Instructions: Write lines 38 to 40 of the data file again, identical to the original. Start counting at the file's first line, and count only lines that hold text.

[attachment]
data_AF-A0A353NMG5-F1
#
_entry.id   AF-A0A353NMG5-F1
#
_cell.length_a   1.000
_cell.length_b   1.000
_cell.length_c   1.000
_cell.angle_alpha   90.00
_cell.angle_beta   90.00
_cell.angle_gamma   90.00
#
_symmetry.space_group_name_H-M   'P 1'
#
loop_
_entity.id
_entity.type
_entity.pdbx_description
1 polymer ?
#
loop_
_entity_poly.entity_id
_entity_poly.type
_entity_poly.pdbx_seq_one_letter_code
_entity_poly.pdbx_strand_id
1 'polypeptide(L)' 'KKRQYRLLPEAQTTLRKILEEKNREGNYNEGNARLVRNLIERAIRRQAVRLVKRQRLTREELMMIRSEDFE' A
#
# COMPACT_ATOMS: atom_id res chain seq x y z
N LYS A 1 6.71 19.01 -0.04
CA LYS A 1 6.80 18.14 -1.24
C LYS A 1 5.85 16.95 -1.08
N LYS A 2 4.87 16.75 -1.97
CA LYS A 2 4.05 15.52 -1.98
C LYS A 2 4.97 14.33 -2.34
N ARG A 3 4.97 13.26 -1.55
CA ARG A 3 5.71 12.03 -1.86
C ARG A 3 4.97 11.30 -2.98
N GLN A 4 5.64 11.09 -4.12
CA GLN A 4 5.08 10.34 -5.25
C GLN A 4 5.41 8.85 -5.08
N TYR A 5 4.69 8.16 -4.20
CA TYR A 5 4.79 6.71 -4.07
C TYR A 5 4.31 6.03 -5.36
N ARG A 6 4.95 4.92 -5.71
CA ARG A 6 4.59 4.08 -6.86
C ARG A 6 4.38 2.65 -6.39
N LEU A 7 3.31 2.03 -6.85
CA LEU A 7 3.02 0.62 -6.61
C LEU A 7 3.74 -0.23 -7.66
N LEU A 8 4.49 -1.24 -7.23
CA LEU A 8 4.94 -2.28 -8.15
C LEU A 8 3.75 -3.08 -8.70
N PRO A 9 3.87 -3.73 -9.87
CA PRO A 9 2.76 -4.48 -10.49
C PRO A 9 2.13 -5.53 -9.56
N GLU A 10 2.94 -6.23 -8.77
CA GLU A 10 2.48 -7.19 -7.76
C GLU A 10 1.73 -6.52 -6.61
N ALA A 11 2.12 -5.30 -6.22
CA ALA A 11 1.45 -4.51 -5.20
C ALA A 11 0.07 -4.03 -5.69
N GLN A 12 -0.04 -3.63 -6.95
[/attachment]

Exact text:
CA GLN A 4 5.08 10.34 -5.25
C GLN A 4 5.41 8.85 -5.08
N TYR A 5 4.69 8.16 -4.20